• Global mortality could decline by as much as 10 percent.
• Over a quarter of all greenhouse gas emissions arise from food production.
Millions of lives and trillions of dollars could be saved if people the world over ate more fruits and vegetables and less red meat, according to a new study. Such a shift in global eating patterns would also reduce the planetary burden of greenhouse gas emissions and help halt the worst effects of climate change.
The report, published Monday in the journal Proceedings of the National Academy of Sciences, argues that food-related emissions could fall between 29 and 70 percent by 2050 were the world’s population to adhere to certain dietary guidelines established by global health agencies. Global mortality could drop by as much as 10 percent — preventing as many as 8.1 million deaths per year — and between $1 trillion and $31 trillion could be saved.
If those estimates seem to range pretty widely, it’s for a good reason. Marco Springmann, a research fellow at the Oxford Martin Programme on the Future of Food and the study’s co-author, said the strikingly different estimates reflect a number of different scenarios — for example, a scenario where people simply eat less meat and more produce, versus scenarios where everyone in the world goes vegetarian or vegan. While the latter cases may seem extreme, even a more modest change could dramatically aid humanity, according to the research.
“The size of the projected benefits, even taking into account all of the caveats about the unavoidable sources of uncertainty in our work, should encourage researchers and policy makers to act to improve consumption patterns,” the paper reads.
Over a quarter of all greenhouse gas emissions come from food production, and up to 80 percent of that comes from resource-intensive livestock.
Man-made carbon emissions are the principal force driving climate change and its scourge of world-changing effects, including droughts, rising sea levels and human health crises. Emissions have leveled off in the past two years, but global temperatures are still set to exceed a temperature threshold that scientists say humanity must avoid to stave off the worst consequences.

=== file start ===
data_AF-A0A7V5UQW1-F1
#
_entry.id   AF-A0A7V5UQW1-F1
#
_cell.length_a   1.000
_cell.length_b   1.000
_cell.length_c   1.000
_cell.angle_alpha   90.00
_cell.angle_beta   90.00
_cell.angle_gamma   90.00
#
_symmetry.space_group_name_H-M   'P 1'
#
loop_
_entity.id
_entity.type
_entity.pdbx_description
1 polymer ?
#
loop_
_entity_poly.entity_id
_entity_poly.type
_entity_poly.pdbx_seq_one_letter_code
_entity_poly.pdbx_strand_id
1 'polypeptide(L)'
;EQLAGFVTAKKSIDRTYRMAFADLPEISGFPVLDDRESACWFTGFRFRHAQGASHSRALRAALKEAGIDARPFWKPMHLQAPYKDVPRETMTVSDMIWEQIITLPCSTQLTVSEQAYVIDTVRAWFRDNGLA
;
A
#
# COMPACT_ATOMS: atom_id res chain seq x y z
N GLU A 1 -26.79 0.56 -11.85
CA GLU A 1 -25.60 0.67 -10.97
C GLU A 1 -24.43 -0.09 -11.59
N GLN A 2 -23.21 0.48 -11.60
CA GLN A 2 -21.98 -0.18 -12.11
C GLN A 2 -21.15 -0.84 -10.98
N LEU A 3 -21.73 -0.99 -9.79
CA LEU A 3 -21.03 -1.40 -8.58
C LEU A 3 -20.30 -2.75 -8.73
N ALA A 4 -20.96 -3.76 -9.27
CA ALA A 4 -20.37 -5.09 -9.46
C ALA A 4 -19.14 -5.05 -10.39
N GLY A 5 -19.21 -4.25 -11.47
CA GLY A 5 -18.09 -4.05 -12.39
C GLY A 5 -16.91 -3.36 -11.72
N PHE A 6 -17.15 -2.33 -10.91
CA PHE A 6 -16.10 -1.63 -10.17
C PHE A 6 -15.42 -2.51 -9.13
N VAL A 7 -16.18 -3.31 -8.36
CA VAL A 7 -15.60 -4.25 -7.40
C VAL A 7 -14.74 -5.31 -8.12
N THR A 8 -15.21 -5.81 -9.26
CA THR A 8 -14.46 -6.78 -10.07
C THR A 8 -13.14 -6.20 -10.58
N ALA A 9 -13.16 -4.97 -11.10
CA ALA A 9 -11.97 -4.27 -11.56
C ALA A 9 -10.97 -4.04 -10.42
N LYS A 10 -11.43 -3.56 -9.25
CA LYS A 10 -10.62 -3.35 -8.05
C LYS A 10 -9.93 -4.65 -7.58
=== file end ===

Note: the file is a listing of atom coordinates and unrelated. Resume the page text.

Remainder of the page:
Under one scenario proposed by the paper, the combined people of Earth would need to eat 25 percent more fruits and vegetables and 56 percent less red meat in order to save 5.1 million lives per year and achieve a 29 percent reduction of greenhouse gas emissions.
Springmann pointed out that those figures are worldwide, and that in practice, different parts of the world would have to take different approaches. For example, while global fruit and vegetable consumption would have to go up by 25 percent, people in sub-Saharan Africa would have to begin eating 190 percent more produce. And while red meat consumption worldwide would have to drop by 56 percent, that figure would be more like 78 percent in high-income Western countries like the U.S.
If the planet were to go completely vegan, according to the report, it could prevent as many as 8.1 million deaths a year.
The authors of the report call on the world’s governments to encourage new eating habits. They also suggest that people use the data as a renewed call to purchase healthier food. But in places like America where corn remains king, major changes of the kind recommended in the report would require some substantial policy restructuring.
“Government sets the framework and sets the market in which we operate,” Springmann said. “If the government decided to prize food based on greenhouse gas incentives, that would make a huge impact.”
Author: Nick Visser